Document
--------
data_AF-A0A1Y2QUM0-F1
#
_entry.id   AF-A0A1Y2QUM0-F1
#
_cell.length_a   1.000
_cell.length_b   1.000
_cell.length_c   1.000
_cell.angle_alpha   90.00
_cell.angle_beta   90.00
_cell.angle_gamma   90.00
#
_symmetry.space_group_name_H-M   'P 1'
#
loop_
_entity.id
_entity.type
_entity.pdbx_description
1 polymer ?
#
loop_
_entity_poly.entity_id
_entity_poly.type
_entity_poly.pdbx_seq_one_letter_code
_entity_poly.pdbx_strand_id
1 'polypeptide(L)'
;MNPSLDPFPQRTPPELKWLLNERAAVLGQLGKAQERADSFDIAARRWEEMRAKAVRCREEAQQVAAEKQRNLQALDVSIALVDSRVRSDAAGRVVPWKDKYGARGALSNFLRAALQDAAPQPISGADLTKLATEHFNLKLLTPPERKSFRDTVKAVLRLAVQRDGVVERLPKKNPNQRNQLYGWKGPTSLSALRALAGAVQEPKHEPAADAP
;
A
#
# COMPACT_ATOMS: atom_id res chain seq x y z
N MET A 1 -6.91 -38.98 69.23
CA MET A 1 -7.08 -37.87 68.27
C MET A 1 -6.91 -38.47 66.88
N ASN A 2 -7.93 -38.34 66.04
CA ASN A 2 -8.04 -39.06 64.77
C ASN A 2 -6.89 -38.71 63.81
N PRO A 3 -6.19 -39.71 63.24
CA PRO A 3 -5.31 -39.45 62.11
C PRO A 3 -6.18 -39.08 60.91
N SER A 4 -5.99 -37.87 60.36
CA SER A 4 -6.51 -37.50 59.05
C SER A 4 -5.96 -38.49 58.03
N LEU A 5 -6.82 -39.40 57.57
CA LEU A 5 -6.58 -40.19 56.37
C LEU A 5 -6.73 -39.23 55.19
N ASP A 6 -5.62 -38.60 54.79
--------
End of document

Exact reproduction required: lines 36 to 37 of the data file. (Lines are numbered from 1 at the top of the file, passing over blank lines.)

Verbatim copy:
C ASN A 2 -6.89 -38.71 63.81
N PRO A 3 -6.19 -39.71 63.24